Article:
Elevator

The group getting on the elevator was too big, so I hung back and let them board without me. The door closed and I waited one, two, three seconds before pushing the call button. I would have the next car to myself. I’ve been in six worship services in six days, including three on Christmas Eve in an unbearably tight N95 mask that had me scratching at my beard like it was on fire. I’ve been around too many people in these days of surging Omicron, and I’m not trying to cram myself into a crowded elevator.

This one took too long, because before the elevator could arrive I started hearing the approach of a group of children. Not good. They reach the elevator bay and I casually turn to look: mom, unmasked and coughing, attended by four girls under 10 with American Girl dolls tucked under their arms. No masks on any of the kids, and two of them are red-faced, coughing and sniffling. The light above the elevator dings and the doors open. “Go on ahead,” I say kindly to the mom.

“OK” is her only answer, and she hustles her crew inside.

Alone again, shaking my head. There are only two elevators here, and I’ve watched them both go up. The next one available should be the first one that left. As I’m thinking through the timing of its return, a couple quietly arrives and leans against the wall. No problem. Two people I can handle. Except when the first elevator returns, it’s full of people who disembark slowly, unsure of which direction they want to go. When they finally clear the door I defer to the couple to get on first, and they defer to me, and in the time it takes for our mutual politeness to get sorted out the door closes and the elevator is gone.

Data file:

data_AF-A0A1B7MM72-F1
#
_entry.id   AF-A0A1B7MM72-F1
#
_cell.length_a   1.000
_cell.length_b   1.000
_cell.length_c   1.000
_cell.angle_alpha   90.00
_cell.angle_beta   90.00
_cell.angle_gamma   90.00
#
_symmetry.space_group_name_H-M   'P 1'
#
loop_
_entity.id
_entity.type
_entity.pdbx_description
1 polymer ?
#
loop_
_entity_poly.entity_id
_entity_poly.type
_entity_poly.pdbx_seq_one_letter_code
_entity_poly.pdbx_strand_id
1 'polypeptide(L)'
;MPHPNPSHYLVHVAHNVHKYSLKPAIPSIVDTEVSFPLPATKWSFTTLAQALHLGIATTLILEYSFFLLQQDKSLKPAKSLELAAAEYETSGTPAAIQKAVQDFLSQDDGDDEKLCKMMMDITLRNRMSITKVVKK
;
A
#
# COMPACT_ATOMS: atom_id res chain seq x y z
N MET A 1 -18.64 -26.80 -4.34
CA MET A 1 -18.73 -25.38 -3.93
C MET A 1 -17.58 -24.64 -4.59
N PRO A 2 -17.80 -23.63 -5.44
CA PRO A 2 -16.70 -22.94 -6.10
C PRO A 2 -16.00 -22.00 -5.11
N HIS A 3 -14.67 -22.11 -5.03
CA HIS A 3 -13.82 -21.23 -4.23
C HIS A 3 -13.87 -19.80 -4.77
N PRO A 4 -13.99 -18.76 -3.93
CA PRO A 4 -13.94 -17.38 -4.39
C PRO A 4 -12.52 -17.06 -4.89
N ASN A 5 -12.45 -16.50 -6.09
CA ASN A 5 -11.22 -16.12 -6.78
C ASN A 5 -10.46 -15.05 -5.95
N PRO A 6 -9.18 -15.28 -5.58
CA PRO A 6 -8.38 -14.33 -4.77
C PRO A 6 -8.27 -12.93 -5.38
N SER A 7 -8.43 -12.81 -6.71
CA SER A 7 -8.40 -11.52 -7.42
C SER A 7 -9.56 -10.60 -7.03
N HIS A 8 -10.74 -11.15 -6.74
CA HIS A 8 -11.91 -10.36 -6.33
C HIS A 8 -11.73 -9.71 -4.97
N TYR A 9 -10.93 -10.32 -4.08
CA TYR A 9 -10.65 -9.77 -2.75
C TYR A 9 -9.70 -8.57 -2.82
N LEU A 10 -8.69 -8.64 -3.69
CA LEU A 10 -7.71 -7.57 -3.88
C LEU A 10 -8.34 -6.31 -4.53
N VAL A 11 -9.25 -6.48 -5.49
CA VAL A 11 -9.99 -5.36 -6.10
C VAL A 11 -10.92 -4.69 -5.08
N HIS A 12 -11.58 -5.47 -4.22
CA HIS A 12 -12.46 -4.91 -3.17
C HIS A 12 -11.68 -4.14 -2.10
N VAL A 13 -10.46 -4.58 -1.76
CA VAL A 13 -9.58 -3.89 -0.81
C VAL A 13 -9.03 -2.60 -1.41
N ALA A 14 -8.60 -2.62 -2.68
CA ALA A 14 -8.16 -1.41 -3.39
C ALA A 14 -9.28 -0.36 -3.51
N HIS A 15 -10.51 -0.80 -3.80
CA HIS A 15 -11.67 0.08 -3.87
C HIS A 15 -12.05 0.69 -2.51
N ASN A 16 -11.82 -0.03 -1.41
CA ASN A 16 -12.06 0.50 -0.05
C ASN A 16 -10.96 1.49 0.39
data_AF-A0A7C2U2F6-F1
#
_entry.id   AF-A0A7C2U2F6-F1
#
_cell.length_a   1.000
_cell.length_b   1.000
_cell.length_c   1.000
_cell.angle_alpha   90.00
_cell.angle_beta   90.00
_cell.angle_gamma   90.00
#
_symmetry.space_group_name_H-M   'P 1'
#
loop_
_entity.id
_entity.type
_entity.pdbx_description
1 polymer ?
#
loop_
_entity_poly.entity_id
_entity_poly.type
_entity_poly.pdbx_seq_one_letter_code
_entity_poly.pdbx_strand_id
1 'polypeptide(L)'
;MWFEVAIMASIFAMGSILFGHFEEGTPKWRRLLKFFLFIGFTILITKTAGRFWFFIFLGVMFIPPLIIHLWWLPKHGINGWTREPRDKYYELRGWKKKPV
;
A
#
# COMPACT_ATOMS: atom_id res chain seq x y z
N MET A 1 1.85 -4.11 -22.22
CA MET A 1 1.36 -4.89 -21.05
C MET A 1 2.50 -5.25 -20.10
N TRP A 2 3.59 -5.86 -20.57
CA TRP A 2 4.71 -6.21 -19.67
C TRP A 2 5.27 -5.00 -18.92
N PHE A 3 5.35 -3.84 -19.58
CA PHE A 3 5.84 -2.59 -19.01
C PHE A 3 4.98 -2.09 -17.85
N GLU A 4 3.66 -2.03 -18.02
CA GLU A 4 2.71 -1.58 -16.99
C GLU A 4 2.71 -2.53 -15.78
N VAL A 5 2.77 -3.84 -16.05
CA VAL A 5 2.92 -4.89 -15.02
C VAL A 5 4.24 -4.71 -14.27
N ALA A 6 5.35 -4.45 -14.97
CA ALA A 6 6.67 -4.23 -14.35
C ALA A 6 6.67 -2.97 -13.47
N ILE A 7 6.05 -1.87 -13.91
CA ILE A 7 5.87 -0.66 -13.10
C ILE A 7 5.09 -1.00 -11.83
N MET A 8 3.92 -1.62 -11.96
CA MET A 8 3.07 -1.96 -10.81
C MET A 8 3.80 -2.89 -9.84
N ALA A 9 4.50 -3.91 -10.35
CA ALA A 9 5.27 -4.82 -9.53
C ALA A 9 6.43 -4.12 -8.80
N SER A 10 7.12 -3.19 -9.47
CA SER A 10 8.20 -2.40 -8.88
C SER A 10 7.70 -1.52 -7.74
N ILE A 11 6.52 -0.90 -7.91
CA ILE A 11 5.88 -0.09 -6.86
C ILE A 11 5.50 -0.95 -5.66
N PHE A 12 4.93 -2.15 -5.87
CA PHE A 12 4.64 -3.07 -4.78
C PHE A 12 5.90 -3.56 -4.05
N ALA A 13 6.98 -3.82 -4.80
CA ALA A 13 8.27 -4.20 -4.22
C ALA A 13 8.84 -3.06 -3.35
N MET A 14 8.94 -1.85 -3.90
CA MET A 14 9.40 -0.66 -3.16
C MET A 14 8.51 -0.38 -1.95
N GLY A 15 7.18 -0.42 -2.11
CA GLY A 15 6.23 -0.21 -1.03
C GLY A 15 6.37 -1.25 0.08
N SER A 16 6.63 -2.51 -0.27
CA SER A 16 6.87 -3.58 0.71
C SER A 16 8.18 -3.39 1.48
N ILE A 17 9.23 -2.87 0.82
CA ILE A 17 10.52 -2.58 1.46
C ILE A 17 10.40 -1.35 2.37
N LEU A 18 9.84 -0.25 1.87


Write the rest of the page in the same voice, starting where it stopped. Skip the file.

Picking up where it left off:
Only one more person arrives before the next elevator returns, the one that took the sickly mom and her kids. It, too, is full of uncertain passengers, but I get my arm in the door before it closes and our quartet is loaded. Buttons are pushed for floors. I’m first at floor seven. But the lift stops at floor six, which can only mean someone there called it to go up; more people are getting on. The doors open on six to reveal a woman and four girls under ten–no.

“Come on!” she orders, and the whole coughing crew shoves their way into the car. I hold my breath for the one remaining floor, but I can barely manage it.

The door opens and I emerge alone to inhale deeply of tires and oil stains.

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